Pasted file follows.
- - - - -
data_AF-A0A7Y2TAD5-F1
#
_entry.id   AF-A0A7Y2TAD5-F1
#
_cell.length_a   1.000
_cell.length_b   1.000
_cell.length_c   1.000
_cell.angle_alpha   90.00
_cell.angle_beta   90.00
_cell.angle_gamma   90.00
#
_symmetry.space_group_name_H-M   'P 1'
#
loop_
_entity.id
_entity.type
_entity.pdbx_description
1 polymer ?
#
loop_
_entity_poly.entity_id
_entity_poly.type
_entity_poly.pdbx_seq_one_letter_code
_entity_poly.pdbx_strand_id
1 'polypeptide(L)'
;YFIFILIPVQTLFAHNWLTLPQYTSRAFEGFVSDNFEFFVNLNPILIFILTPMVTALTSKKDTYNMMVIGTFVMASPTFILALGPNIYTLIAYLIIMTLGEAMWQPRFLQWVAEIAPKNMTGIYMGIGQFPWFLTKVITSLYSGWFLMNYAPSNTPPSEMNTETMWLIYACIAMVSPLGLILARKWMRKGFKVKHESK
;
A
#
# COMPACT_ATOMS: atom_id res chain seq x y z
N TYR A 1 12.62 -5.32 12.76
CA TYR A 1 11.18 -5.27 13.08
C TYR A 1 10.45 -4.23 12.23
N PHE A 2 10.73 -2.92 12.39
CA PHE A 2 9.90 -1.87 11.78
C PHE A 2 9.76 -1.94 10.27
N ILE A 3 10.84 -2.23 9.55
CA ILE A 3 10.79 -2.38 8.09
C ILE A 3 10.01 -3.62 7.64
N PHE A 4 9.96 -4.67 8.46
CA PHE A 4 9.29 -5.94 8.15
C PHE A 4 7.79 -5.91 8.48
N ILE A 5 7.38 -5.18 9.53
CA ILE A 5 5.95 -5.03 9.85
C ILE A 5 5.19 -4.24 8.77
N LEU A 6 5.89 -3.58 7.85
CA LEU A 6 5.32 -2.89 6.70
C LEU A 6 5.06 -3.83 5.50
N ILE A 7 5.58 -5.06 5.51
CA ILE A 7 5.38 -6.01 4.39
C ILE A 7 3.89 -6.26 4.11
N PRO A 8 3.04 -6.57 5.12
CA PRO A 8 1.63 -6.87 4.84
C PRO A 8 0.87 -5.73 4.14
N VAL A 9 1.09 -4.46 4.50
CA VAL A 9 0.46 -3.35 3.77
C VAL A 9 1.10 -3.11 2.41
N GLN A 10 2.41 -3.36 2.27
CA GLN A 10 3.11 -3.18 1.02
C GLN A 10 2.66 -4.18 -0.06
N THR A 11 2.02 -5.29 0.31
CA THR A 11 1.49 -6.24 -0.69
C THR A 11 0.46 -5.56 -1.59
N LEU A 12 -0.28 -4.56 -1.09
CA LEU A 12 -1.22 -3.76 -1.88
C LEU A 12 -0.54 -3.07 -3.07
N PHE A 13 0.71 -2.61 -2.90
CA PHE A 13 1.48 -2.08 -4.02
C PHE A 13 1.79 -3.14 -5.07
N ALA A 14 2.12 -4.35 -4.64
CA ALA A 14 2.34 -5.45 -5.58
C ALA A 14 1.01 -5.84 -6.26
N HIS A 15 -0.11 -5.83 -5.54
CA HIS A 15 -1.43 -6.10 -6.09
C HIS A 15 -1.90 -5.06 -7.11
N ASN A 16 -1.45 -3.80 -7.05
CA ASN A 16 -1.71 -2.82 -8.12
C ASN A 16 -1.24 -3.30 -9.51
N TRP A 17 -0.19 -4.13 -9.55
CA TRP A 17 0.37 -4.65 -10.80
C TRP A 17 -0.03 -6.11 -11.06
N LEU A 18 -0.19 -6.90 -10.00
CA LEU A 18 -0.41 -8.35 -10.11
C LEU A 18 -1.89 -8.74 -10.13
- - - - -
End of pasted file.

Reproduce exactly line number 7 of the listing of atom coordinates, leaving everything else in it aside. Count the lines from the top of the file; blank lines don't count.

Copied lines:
_cell.length_c   1.000